2009-03-06 / Sports

Rangers Make Big Bold Moves At Trade Deadline

By Nathaniel E. Baker

The playoff seeking New York Rangers have emerged from the NHL trade deadline an older, deeper, potentially more potent hockey club but without one of its fan favorites.

Hours before Wednesday afternoon's deadline, Rangers general manager Glen Sather made a pair of moves that—along with a highly-publicized acquisition from a day prior—should immediately improve the team, at least for the short term.

The Rangers first claimed Sean Avery off re-entry waivers Tuesday, signing the controversial left wing to his second tour of duty with the team.

Sather then acquired Russian right wing Nik Andropov from the Toronto Maple Leafs for a second round draft pick and a conditional draft pick.

The Andropov trade had barely been announced when the Rangers traded for Derek Morris, a veteran defenseman with the Phoenix Coyotes. In exchange for Morris, the Rangers sent defenseman Dmitri Kalinin and left wings Nigel Dawes and Petr Prucha to the Coyotes.

In Andropov, new Rangers coach John Tortorella gets a physical specimen (Andropov stands 6'6 and weighs 230) who can score badly needed goals. The 28-year old has notched 21 so far this season, which immediately makes him the Rangers' top scorer. Tortorella said he could use Andropov as a center as well.

Morris will quarterback the Rangers powerplay, filling another void on the team. But the Edmonton native is already in his 12th year in the league and will be a free agent at season's end.

At 31, he will likely command top dollar, which the Rangers salary cap can ill afford. This means Prucha, Dawes and Kalinin could end up being cast off for nothing if New York is unable to sign Morris to a new contract.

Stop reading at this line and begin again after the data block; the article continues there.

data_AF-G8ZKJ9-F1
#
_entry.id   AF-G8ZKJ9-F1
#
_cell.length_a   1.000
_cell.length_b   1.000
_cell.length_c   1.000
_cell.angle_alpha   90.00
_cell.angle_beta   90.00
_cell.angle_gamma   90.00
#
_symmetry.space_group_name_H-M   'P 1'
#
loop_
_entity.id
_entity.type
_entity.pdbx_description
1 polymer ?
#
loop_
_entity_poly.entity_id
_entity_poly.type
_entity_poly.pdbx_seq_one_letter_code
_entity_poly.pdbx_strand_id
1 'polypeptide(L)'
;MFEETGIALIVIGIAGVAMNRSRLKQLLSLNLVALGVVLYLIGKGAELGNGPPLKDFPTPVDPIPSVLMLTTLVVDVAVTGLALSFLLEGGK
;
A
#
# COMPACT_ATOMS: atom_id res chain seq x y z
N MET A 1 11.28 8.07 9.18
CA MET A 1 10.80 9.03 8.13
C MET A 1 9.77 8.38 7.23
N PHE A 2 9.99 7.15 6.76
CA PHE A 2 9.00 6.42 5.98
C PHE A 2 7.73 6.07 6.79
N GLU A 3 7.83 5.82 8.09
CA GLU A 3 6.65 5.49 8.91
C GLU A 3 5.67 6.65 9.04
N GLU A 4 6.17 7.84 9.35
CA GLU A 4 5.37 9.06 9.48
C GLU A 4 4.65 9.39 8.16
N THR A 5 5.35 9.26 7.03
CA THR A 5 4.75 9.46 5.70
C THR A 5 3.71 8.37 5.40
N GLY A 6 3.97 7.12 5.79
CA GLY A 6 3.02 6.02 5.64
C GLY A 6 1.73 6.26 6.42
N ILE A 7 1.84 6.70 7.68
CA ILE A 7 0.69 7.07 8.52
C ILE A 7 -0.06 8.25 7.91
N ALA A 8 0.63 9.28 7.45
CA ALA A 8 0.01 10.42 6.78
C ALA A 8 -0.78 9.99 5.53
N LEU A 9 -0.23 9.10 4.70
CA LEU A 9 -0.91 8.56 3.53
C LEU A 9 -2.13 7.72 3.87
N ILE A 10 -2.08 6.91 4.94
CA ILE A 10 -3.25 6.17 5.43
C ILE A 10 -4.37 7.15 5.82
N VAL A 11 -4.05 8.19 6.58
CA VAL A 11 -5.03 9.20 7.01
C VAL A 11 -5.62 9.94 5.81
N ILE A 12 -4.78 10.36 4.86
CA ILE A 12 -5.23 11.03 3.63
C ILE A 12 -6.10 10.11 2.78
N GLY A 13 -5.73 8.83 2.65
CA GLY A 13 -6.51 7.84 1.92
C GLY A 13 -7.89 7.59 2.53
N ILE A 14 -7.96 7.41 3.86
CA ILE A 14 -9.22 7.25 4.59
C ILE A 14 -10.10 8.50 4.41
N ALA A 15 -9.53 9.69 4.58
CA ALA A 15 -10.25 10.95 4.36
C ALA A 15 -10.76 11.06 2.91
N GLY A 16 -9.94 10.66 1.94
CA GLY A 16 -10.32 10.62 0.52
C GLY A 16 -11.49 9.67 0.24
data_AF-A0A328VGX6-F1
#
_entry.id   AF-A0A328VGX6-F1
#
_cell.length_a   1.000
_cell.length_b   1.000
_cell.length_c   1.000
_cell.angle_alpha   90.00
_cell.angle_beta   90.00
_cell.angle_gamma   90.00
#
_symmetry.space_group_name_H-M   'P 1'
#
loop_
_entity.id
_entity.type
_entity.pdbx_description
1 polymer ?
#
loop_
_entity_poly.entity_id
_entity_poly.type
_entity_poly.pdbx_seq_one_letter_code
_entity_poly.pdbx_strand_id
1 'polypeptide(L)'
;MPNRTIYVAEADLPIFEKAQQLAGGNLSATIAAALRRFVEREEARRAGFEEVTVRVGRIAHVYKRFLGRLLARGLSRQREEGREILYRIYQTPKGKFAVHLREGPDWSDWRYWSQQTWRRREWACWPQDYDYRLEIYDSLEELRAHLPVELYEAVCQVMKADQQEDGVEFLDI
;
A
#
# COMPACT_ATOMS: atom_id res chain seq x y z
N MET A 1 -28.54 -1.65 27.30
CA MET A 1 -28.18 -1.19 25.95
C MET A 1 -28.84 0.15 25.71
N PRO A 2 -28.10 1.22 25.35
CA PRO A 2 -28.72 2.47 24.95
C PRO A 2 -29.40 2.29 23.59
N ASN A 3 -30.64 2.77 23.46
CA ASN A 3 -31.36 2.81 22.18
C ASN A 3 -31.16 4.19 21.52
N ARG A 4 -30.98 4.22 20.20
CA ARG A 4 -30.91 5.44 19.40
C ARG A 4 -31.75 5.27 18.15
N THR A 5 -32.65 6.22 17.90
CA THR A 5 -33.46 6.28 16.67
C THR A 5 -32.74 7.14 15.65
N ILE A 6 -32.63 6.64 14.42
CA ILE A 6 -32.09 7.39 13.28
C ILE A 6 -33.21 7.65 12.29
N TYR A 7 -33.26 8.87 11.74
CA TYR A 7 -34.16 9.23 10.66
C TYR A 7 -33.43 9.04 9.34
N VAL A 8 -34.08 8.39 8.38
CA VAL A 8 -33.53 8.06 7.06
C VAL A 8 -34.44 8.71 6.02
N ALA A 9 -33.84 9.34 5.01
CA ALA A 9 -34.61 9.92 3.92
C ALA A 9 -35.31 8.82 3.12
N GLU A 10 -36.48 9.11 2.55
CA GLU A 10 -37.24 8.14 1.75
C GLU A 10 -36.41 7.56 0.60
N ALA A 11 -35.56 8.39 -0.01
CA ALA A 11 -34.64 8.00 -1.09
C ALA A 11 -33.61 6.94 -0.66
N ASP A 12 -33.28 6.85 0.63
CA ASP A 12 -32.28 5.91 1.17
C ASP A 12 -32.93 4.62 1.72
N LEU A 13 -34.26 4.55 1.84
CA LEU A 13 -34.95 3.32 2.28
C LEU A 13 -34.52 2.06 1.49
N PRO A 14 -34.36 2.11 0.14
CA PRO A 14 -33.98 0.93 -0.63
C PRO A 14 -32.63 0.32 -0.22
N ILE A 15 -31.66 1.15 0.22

Dawes and Prucha were beloved by Rangers fans for their grit and determination, though neither has established himself as a bonafide top liner. Kalinin had moments of brilliance that were offset by flaky defensive play. At 28, the Russian defenseman is older than the 24-year old Dawes and 26- year old Prucha.

The Rangers also placed Aaron Voros and Erik Reitz on waivers to free up salary cap space for Avery. Reitz was promptly picked up by. The Rangers are responsible for half of Avery's remaining contract, which amounts to another three years with an annual cap hit of $3.875 million. The Dallas Stars, who signed Avery last summer before waiving him in December, are responsible for the other half.

Last season, Avery played in 57 games with the Rangers, registering 15 goals and 18 assists along with 154 penalty minutes. Beyond the statistics, however, Avery supplied a "spark" the Rangers appear to have lacked this season.

But the 28-year old also attracted attention for the wrong reasons. This culminated in disparaging remarks he made to reporters about some ex-girlfriends, which led to a suspension by the NHL and his dismissal from the Stars. Avery's comments also attracted the ire of his new coach, who at the time was a commentator for Canadian sports network TSN. Tortorella's onair comments about Avery could make for a difficult working relationship between the two men.

"He's embarrassed himself, he's embarrassed the organization, he's embarrassed the league and he's embarrassed his teammates, who have to look out for him," Tortorella said of Avery. "Send him home. He doesn't belong in the league."

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